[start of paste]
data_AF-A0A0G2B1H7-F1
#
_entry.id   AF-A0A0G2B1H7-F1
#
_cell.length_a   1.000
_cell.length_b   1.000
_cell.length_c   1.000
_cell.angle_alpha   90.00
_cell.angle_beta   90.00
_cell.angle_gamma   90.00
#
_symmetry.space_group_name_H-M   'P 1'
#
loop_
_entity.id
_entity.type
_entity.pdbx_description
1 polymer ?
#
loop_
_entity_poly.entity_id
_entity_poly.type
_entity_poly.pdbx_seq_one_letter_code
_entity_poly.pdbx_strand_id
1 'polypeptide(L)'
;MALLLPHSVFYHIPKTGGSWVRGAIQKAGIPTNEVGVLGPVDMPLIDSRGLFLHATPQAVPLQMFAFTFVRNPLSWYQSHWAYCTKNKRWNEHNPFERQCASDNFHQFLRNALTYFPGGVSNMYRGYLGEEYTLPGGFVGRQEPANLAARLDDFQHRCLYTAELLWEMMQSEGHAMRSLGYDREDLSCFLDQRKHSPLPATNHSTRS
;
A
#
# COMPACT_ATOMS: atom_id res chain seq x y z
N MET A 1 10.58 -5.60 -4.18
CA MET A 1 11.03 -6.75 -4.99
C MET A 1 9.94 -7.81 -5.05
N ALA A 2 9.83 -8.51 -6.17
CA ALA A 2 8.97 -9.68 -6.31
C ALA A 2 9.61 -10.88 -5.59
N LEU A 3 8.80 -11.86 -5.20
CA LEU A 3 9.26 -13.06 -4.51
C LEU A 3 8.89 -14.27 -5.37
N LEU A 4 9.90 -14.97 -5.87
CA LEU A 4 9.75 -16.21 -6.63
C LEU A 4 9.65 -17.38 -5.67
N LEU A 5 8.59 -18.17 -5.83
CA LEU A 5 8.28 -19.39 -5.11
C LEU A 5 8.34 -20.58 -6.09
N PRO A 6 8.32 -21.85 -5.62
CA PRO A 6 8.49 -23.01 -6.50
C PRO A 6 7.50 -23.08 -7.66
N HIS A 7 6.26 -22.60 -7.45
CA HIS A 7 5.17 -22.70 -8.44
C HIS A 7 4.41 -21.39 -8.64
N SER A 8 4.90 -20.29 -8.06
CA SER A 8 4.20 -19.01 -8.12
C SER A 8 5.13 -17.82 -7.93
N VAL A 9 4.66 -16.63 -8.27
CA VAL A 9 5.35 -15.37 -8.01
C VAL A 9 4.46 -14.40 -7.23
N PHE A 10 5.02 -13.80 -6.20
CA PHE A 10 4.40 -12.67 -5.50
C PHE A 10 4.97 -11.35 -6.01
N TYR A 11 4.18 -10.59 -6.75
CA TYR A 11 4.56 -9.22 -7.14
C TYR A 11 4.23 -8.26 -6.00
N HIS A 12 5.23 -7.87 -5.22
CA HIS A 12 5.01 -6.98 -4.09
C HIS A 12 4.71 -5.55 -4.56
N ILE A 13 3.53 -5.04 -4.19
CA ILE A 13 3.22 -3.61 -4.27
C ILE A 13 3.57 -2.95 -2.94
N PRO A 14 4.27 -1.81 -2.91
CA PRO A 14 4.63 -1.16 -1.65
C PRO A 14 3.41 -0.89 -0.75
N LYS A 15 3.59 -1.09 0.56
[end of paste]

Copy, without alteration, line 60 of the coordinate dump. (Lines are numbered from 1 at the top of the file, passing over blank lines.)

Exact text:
C PHE A 10 4.97 -11.35 -6.01